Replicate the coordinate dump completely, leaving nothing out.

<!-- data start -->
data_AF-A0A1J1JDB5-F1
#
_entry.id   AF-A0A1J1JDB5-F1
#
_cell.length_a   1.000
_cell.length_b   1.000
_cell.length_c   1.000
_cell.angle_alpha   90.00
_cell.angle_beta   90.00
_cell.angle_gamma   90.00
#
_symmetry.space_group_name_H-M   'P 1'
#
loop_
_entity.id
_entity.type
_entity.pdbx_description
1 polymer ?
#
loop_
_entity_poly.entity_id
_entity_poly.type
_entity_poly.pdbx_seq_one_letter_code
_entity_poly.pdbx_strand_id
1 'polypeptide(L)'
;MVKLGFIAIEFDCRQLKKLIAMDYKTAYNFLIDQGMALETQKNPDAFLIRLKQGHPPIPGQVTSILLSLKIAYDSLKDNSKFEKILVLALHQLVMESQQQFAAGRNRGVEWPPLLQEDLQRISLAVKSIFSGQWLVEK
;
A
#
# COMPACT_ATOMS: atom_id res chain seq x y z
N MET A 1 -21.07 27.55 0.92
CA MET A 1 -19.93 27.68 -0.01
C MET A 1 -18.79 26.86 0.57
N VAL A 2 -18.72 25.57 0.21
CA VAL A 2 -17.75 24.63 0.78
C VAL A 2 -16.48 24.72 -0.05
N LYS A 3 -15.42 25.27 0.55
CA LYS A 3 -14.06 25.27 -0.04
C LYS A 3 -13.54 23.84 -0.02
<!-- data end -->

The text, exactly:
data_AF-A0A1J1JDB5-F1
#
_entry.id   AF-A0A1J1JDB5-F1
#
_cell.length_a   1.000
_cell.length_b   1.000
_cell.length_c   1.000
_cell.angle_alpha   90.00
_cell.angle_beta   90.00
_cell.angle_gamma   90.00
#
_symmetry.space_group_name_H-M   'P 1'
#
loop_
_entity.id
_entity.type
_entity.pdbx_description
1 polymer ?
#
loop_
_entity_poly.entity_id
_entity_poly.type
_entity_poly.pdbx_seq_one_letter_code
_entity_poly.pdbx_strand_id
1 'polypeptide(L)'
;MVKLGFIAIEFDCRQLKKLIAMDYKTAYNFLIDQGMALETQKNPDAFLIRLKQGHPPIPGQVTSILLSLKIAYDSLKDNSKFEKILVLALHQLVMESQQQFAAGRNRGVEWPPLLQEDLQRISLAVKSIFSGQWLVEK
;
A
#
# COMPACT_ATOMS: atom_id res chain seq x y z
N MET A 1 -21.07 27.55 0.92
CA MET A 1 -19.93 27.68 -0.01
C MET A 1 -18.79 26.86 0.57
N VAL A 2 -18.72 25.57 0.21
CA VAL A 2 -17.75 24.63 0.78
C VAL A 2 -16.48 24.72 -0.05
N LYS A 3 -15.42 25.27 0.55
CA LYS A 3 -14.06 25.27 -0.04
C LYS A 3 -13.54 23.84 -0.02